“One of the reasons why the Kuumbwa Jazz Society really started was because the Hy-Tones were such an incredible jazz group here in Santa Cruz in the ’70s,” Jackson says of the band that was one of the first to break in the Kuumbwa Jazz Center stage in 1977. “We really wanted to support what they were doing and what a lot of other local musicians were doing at the time. So the Hy-Tones were a focal point in the history of Kuumbwa. They’re a group that we try to resurrect. They’re not a working group anymore but they played five years ago and we brought them back together again for this year.”

As for Frequency Jones, Jackson says he slotted them in for the grand finale duties because he’d heard about the band’s growing reputation as a bearer of good times. Because it’s an outdoor event meant to be fun and family-friendly, it always ends with a larger party band. Jackson says he was won over by enthusiastic comments about Frequency Jones, “especially from my friend Bill Welch over at Moe’s Alley,” and expects them to give a sweet ’n’ soulful funk groove to end the afternoon.

AE_FrequencyJonesWhile the birthday party is outside at San Lorenzo Park, there’s no mistaking that the intimate Kuumbwa Jazz Center on Cedar Street in Downtown Santa Cruz is where the bulk of the organization’s memories—and its future—lies. As a unique venue operating as a nonprofit, it generates about 65 percent of its income from ticket sales, rental of the facility, and food and beverage sales. The other 35 percent comes from grants and contributions from members of the community. Presenting premier shows and jazz education, it has sustained itself as a music institution known to be both welcoming and world class.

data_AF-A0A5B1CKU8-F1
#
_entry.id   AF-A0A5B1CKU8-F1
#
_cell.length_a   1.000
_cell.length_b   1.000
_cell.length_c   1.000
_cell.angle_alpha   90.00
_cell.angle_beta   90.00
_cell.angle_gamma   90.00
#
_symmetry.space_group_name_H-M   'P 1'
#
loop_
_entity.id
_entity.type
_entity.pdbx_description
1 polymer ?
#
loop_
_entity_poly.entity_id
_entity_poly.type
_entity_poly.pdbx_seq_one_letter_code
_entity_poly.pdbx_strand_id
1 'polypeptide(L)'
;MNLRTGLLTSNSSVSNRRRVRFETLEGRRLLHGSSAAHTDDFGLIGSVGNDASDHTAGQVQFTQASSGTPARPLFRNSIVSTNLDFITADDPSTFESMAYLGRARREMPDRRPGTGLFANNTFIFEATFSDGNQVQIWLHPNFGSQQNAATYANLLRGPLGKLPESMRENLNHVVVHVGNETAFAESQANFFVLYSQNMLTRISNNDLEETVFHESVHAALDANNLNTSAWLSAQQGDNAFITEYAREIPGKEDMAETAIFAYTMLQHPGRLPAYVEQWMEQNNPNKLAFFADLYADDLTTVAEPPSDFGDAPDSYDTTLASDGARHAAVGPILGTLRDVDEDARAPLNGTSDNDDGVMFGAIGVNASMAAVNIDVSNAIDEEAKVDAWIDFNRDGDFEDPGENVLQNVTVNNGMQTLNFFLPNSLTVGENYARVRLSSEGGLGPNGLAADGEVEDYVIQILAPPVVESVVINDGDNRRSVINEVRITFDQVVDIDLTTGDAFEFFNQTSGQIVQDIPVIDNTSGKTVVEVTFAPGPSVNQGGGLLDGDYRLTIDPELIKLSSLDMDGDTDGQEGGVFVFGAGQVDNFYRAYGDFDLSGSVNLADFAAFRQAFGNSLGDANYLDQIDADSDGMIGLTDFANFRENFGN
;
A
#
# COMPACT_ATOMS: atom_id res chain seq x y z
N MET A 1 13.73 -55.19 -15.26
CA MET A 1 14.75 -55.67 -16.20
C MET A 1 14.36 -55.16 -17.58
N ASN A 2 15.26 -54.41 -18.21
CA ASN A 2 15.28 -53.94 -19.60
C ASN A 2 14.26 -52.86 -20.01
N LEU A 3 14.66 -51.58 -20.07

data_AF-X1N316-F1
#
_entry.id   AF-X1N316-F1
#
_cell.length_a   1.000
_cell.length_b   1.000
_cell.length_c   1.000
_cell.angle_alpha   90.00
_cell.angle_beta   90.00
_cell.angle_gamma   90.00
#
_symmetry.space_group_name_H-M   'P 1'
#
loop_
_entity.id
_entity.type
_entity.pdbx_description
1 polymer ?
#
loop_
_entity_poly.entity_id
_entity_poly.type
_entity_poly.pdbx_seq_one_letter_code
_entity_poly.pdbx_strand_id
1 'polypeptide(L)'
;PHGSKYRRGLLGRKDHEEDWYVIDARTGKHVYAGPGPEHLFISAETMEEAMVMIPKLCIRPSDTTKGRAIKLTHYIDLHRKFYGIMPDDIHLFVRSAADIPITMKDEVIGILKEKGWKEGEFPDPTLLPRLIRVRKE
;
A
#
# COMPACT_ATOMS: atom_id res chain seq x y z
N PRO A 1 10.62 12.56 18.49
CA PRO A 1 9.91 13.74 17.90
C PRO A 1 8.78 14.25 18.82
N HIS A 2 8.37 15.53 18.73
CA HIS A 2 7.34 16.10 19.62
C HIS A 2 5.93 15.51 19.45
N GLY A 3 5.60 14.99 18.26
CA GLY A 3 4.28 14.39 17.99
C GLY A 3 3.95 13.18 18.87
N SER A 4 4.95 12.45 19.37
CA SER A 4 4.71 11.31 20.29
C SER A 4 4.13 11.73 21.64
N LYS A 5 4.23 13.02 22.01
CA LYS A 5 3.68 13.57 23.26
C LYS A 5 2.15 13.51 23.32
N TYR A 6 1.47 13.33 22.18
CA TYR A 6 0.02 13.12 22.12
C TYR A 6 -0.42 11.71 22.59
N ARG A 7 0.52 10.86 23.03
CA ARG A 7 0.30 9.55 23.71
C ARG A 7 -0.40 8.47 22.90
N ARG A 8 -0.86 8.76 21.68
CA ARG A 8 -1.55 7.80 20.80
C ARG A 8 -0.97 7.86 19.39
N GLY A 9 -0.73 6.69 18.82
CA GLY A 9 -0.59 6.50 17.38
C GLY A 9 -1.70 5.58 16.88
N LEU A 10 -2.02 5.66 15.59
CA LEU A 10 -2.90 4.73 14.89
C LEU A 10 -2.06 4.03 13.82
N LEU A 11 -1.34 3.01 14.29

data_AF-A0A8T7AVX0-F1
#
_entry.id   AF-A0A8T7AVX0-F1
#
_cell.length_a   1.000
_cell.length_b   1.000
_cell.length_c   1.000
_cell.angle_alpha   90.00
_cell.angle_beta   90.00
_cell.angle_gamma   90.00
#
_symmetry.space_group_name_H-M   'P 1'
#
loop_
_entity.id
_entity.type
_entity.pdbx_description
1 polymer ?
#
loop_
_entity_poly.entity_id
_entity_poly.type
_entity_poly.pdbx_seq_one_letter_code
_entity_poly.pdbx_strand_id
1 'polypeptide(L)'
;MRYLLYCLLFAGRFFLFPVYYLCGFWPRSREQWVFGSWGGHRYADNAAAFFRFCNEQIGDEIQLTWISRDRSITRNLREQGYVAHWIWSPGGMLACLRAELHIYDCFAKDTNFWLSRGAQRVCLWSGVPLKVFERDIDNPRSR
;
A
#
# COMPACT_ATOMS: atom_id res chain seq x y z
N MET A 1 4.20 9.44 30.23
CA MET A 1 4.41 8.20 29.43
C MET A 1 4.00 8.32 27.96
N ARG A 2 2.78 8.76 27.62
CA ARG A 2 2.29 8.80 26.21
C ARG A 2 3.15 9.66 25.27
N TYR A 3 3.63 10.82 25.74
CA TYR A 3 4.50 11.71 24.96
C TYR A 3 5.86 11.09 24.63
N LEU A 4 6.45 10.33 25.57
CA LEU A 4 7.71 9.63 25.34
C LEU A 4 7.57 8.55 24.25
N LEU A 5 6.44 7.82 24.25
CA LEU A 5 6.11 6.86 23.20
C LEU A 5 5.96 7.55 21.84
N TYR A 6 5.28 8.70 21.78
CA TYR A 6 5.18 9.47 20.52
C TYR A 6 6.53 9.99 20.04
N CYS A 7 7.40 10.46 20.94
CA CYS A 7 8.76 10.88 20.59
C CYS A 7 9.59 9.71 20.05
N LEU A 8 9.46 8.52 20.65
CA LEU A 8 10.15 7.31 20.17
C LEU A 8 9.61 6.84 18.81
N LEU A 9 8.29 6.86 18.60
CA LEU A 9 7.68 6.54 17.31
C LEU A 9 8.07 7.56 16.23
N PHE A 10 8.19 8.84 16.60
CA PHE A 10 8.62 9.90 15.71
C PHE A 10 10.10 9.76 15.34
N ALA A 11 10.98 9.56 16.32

In the last couple of years the 200-seat venue has undergone some enticing changes—upgrades have been made to the sound system, lighting system, chairs, and its walls have been washed in a fresh coat of paint. What’s next in the historic jazz club’s evolution? It may not sound pretty, but Jackson says one pragmatic improvement will make things more comfortable, shall we say, behind the scenes. “One project we’re working on for the end of this year is to completely redo our bathrooms and enlarge them,” he reveals. “That’s really been kind of the Achilles heel of the venue for the last year. It’s not a particularly sexy project but I think our patrons will enjoy it.”

As far as the cozy backstage lounge that’s hidden golden jazz heavyweights before and after each set, Jackson says it remains much loved and relatively untouched. “The green room is still the same: small but mighty. It’s got a lot of history.” Just like Kuumbwa Jazz itself.


Photo 1: Tim Jackson by rr jones, Photo 2: The Hy-tones in 1975. Photo 3: Frequency Jones by Charles Mixson


Kuumbwa Jazz celebrates its 35th birthday with live performances by  Real Time, the Hy-Tones, and Frequency Jones at 1-5 p.m. Sunday, Aug. 29, at San Lorenzo Park, 137 Dakota St., Santa Cruz. Free. 427-2227 or Kuumbwajazz.org.
Comments (0)Add Comment

Write comment
smaller | bigger

busy
 

Share this on your social networks

Bookmark and Share

Share this

Bookmark and Share

 

Trending Now

Whether you live by the Vogue bible or choose to go into your day wearing what you slept in, odds are you wear clothes.

 

The Thought Form of Solution